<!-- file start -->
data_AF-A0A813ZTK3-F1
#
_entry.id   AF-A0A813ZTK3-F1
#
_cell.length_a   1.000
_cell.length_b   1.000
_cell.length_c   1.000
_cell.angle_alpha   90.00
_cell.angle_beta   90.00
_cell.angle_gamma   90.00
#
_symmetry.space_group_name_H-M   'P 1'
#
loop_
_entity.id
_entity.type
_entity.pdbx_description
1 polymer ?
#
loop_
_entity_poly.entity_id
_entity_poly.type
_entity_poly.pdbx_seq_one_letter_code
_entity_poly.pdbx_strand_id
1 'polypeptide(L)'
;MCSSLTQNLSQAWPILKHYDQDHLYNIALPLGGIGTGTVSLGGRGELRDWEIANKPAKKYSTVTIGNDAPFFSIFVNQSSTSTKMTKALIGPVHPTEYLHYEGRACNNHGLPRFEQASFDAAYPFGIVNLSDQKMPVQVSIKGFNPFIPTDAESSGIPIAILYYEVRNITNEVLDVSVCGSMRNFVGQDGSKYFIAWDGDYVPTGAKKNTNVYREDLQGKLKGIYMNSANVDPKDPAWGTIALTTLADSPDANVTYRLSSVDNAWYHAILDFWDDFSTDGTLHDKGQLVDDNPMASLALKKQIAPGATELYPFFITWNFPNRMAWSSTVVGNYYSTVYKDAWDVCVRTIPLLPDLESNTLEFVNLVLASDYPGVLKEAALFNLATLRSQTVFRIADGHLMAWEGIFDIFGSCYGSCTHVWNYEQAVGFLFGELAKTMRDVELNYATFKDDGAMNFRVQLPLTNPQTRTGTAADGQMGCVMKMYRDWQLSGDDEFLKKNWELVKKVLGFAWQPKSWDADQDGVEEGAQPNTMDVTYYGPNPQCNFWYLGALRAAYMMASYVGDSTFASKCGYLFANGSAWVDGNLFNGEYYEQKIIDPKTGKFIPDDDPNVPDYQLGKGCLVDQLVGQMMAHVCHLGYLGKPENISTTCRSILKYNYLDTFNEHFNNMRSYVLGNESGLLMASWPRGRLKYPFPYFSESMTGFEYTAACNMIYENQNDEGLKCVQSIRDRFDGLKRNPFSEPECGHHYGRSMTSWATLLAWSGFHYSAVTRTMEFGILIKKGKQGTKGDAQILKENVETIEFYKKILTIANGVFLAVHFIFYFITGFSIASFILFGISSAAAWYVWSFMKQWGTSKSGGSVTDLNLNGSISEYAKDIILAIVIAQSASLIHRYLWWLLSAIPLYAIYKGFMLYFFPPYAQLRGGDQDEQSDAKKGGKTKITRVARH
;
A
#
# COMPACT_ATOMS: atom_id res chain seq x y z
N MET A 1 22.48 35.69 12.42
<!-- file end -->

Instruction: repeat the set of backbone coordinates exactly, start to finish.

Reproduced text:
data_AF-A0A813ZTK3-F1
#
_entry.id   AF-A0A813ZTK3-F1
#
_cell.length_a   1.000
_cell.length_b   1.000
_cell.length_c   1.000
_cell.angle_alpha   90.00
_cell.angle_beta   90.00
_cell.angle_gamma   90.00
#
_symmetry.space_group_name_H-M   'P 1'
#
loop_
_entity.id
_entity.type
_entity.pdbx_description
1 polymer ?
#
loop_
_entity_poly.entity_id
_entity_poly.type
_entity_poly.pdbx_seq_one_letter_code
_entity_poly.pdbx_strand_id
1 'polypeptide(L)'
;MCSSLTQNLSQAWPILKHYDQDHLYNIALPLGGIGTGTVSLGGRGELRDWEIANKPAKKYSTVTIGNDAPFFSIFVNQSSTSTKMTKALIGPVHPTEYLHYEGRACNNHGLPRFEQASFDAAYPFGIVNLSDQKMPVQVSIKGFNPFIPTDAESSGIPIAILYYEVRNITNEVLDVSVCGSMRNFVGQDGSKYFIAWDGDYVPTGAKKNTNVYREDLQGKLKGIYMNSANVDPKDPAWGTIALTTLADSPDANVTYRLSSVDNAWYHAILDFWDDFSTDGTLHDKGQLVDDNPMASLALKKQIAPGATELYPFFITWNFPNRMAWSSTVVGNYYSTVYKDAWDVCVRTIPLLPDLESNTLEFVNLVLASDYPGVLKEAALFNLATLRSQTVFRIADGHLMAWEGIFDIFGSCYGSCTHVWNYEQAVGFLFGELAKTMRDVELNYATFKDDGAMNFRVQLPLTNPQTRTGTAADGQMGCVMKMYRDWQLSGDDEFLKKNWELVKKVLGFAWQPKSWDADQDGVEEGAQPNTMDVTYYGPNPQCNFWYLGALRAAYMMASYVGDSTFASKCGYLFANGSAWVDGNLFNGEYYEQKIIDPKTGKFIPDDDPNVPDYQLGKGCLVDQLVGQMMAHVCHLGYLGKPENISTTCRSILKYNYLDTFNEHFNNMRSYVLGNESGLLMASWPRGRLKYPFPYFSESMTGFEYTAACNMIYENQNDEGLKCVQSIRDRFDGLKRNPFSEPECGHHYGRSMTSWATLLAWSGFHYSAVTRTMEFGILIKKGKQGTKGDAQILKENVETIEFYKKILTIANGVFLAVHFIFYFITGFSIASFILFGISSAAAWYVWSFMKQWGTSKSGGSVTDLNLNGSISEYAKDIILAIVIAQSASLIHRYLWWLLSAIPLYAIYKGFMLYFFPPYAQLRGGDQDEQSDAKKGGKTKITRVARH
;
A
#
# COMPACT_ATOMS: atom_id res chain seq x y z
N MET A 1 22.48 35.69 12.42